Converting Vector Data
Quite often data isn’t in a format that makes it readily available for both mapping software and people to read. Many data formats store the geographic data in a binary format. This format is normally readable only by computers and is designed for software to use. Some spatial data formats are in a simple text format, which is easier to explore.
Geography Markup Language (GML)
One example of a text-based format is Geography Markup Language (GML). It uses a text syntax to encode coordinates into a text file. GML can then be read or manually edited without needing a special piece of software or at least nothing more than a common text editor. Creating GML from scratch isn’t very pleasant. Fortunately, another OGR utility exists that can convert OGR-supported data formats into and out of other formats, including GML.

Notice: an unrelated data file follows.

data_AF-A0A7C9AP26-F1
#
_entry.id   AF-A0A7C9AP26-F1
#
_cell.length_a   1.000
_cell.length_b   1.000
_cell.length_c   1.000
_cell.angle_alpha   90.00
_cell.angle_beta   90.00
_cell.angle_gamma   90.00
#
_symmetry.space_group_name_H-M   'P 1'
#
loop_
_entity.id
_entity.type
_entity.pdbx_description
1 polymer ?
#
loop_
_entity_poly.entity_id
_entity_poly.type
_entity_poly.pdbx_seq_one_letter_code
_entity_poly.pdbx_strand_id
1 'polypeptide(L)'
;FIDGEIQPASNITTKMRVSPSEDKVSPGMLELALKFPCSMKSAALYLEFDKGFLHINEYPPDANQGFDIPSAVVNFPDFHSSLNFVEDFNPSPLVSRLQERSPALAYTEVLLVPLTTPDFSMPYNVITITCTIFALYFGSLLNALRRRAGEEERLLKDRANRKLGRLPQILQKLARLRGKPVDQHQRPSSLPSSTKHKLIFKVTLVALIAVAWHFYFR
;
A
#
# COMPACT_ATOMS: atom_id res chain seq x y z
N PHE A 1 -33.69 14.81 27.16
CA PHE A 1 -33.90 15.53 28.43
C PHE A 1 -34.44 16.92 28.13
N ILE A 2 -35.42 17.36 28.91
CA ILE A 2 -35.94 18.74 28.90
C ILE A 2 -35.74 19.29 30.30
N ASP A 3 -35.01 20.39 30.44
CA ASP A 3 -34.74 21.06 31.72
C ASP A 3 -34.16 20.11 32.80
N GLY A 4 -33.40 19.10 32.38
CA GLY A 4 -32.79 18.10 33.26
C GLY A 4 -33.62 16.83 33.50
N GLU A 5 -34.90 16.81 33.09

GML has three different versions: GML1, GML2, and GML3. There
are many sub-versions as well. The differences between versions can be
a problem because certain features may not be directly transferable to
another. The tools introduced in this chapter use
ogr2ogr, which outputs to GML2
GML was designed to be suitable for data interoperability, allowing the exchange of spatial data using a common format. This has opened up the possibilities for various web services that operate using different software yet can communicate using this standard format. See Chapter 12 to learn more about this example.
GML’s downside is its size. Text files can’t hold ...